Hyperkinetic is just another word for Hyperactive. Hyperactivity describes children who show numerous amounts of inappropriate behaviors in situations that require sustained attention and orderly responding to fairly structured tasks. Humans who are hyperactive tend to be easily distracted, impulsive, inattentive, and easily excited or upset. Hyperactivity in children is manifested by gross motor activity, such as excessive running or climbing. The child is often described as being on the go or 'running like a motor', and having difficulty sitting still. Older children and adolescents may be extremely restless or fidgety. They may also demonstrate aggressive and very negative behavior. Other features include obstinacy, stubbornness, bossiness, bullying, increased mood lability, low frustration tolerance, temper outbursts, low self-esteem, and lack of response to discipline. Very rarely would a child be considered hyperactive in every situation, just because restraint and sustained attentiveness are not necessary for acceptable performance in many low-structure situations.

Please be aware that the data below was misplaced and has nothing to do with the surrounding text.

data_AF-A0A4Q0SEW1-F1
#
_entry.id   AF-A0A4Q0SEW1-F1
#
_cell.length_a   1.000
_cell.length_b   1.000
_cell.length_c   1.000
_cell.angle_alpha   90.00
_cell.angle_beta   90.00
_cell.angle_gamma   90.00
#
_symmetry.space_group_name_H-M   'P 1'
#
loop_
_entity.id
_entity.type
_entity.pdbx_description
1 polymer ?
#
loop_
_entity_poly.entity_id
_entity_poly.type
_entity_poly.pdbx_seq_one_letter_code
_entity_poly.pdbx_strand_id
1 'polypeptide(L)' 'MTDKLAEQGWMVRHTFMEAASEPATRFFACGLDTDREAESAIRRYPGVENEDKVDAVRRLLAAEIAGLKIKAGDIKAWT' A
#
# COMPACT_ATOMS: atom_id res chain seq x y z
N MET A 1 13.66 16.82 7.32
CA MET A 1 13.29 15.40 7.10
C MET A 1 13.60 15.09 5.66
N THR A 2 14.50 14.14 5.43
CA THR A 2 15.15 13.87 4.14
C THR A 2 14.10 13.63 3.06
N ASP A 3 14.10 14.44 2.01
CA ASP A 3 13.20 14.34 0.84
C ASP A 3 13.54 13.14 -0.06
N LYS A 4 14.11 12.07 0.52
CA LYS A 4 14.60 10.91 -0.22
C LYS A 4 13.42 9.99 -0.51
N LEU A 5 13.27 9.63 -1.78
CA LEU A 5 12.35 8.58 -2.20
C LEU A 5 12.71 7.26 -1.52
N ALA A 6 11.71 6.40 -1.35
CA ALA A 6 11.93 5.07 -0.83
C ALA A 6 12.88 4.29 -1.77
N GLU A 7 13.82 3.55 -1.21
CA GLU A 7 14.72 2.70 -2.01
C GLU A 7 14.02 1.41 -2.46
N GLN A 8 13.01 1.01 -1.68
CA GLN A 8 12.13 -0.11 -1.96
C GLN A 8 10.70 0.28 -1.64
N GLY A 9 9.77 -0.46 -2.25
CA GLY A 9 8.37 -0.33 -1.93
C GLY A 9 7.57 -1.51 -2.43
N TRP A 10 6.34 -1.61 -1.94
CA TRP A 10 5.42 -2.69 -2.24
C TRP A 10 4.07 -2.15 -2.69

Many parents rate the onset of abnormal activity in their child when it is and infant or toddler. Abnormal sleep patterns are frequently mentioned, the child objects to taking naps, he also seems to need less sleep, and becomes very stubborn at bedtime. Then, when the child is seemingly exhausted, hyperactive behavior may increase. Family history studies show that hyperactivity, which is more common in boys than in girls, may be a hereditary trait, as are some other traits (reading disabilities or enuresis-bed wetting). Certain predisposing factors affect the mother, and therefore the child, at the time of conception or gestation or during delivery. Included are radiation, infection, hemorrhage, jaundice, toxemia, trauma, medications, alcohol, tobacco, and caffeine. The course of the syndrome typically spans the 6-year to 12-year age range. In many classrooms, children who display inappropriate overactivity (restlessness, moving around without permission) , attention deficits (distractible by task-irrelevant events,